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What have we been missing?

In her shortlisted essay for the 2021 John Henahan Prize, Dr Diana Dragnea says the COVID-19 pandemic may be a reminder of what we missed long before it started

Colin Kerr

Posted: Monday, May 3, 2021


Has COVID-19 changed long-term clinical practice? Definitely, at least on an individual level. Over the past 10 years I have noticed a gradual and striking change in myself. I became aware of many things I had learned in the previous years and often wondered: How come I didn’t know these obvious things before? But in 2020 I initially thought that my personal development had stopped.
WHEN THE BODY PUNISHES YOU
I was in a constant loop. Waking up > driving to the clinic > driving back > having dinner >working on my computer > going to bed > waking up… I was stuck in a constant state of fatigue and stuffiness. My body began to protest giving me neck and back pain. I ignored it. It increased. After a while it turned into a kind of numbness mixed with episodes of severe ache. The problem worsened on OR days, as in full concentration I would completely forget the pain which helped me to hold whatever position I wanted. Immediately after surgery, my body would start screaming.
A friend said to me one day: “Just because you have a Ferrari doesn’t mean you have to drive it full speed’’. Very slowly I came to realise that working at that pace was making me sick and this was also affecting the quality of care I was giving to my patients. Finding peace of mind even in hard times is crucial. But this is a long process.
DEATH
During the first lockdown I realised that as ophthalmologists we are far from being exposed to death. I only spent a week in a COVID ward and I still remember vividly the first patient who died. I was standing in the staff kitchen, staring at the monitor and suppressing as much as I could. The monitor showed from above a man who was agonising alone in his bed. I was somehow calm as this was a story from another dimension that I could turn off at any moment. The black and white screen was also helping. All the actors from black and white movies are dead by now and I feel no tragedy in that. But the thing that really saddened me was that his family decided not to pay him a visit. They were given the option of going in with full protection for a short time or staying with him as long as they wanted, but to remain in quarantine as well. The answer was no. I became much more aware of my patients’ fears and anxieties and decided to listen more.
YOU DON’T KNOW WHAT YOU HAVE UNTIL YOU LOSE IT
It was never difficult for me to distance myself because I was never particularly “that warm” with my patients. Not because I didn’t want to put my hand on their shoulders, but because I was taught that it might be inappropriate. In the midst of the pandemic, while accompanying an 88-year-old lady who thought I was a student, I witnessed a somewhat natural lapse that reminded me of what I had been missing even before that. She was abiding by hospital rules and, despite her age and the sudden onset of double vision the previous evening, had brought no relatives and remained alone in the waiting room with her mask fallen under her mouth. The moment I asked her to follow me for consultation, she immediately approached and slipped her hands under my arm as if it were the most natural thing in the world. My righteousness was instantly disturbed. But I immediately began to feel an immense warmth fill my heart as I slowly guided her to the doctor’s room. She said smiling to me: “Don’t worry, I had my injection this morning.’’ … She must have felt my rigidity.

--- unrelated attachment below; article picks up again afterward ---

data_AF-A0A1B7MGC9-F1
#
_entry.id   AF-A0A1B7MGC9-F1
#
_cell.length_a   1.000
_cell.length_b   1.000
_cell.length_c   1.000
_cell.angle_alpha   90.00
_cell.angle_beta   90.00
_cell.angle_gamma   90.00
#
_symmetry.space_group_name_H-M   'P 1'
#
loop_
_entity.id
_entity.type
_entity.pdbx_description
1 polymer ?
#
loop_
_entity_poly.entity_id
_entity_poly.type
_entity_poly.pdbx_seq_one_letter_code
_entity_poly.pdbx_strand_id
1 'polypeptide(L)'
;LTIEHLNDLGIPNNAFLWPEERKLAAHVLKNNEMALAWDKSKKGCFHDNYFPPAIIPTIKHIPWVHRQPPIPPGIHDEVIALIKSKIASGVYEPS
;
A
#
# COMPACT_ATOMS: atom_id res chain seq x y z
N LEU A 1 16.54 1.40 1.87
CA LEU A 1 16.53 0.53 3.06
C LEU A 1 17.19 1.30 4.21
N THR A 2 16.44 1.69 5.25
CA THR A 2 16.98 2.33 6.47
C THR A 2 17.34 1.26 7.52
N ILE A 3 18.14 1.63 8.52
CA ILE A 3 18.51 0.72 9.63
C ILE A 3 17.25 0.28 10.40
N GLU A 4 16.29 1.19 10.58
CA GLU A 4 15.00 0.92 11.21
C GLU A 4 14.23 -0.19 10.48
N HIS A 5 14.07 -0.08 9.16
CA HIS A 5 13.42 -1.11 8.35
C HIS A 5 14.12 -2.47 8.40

Since she had partial gaze palsy in downward direction, I called my orthoptist colleague to do a full examination of her eye movements. During the examination, the lady reminded me that if I hadn’t started university yet, I should consider staying in the department as it is a great place to learn. With the suspicion of a brain stem insult, she had to be sent to the emergency department for possible admission to neurology. Instead of calling the transport service, I decided to personally bring her down two floors so I could enjoy a few extra minutes arm in arm with her. Maybe this pandemic is a reminder of what we missed long before it started. Some of our humanity and care for ourselves and others.
Because of my upbringing and exposure, I never paid much attention to small physical closeness with patients (except when a Polish patient wanted to kiss me for joy), but now I long for it and want to experience it more once our lives are safe again. As well as taking better care of myself and listening to my patients more. These will be long-term changes in my individual clinical practice. And perhaps in many others.
Dr Diana Dragnea is pursuing a PhD and a fellowship in anterior segment surgery at the University Hospital of Antwerp (UZA), Belgium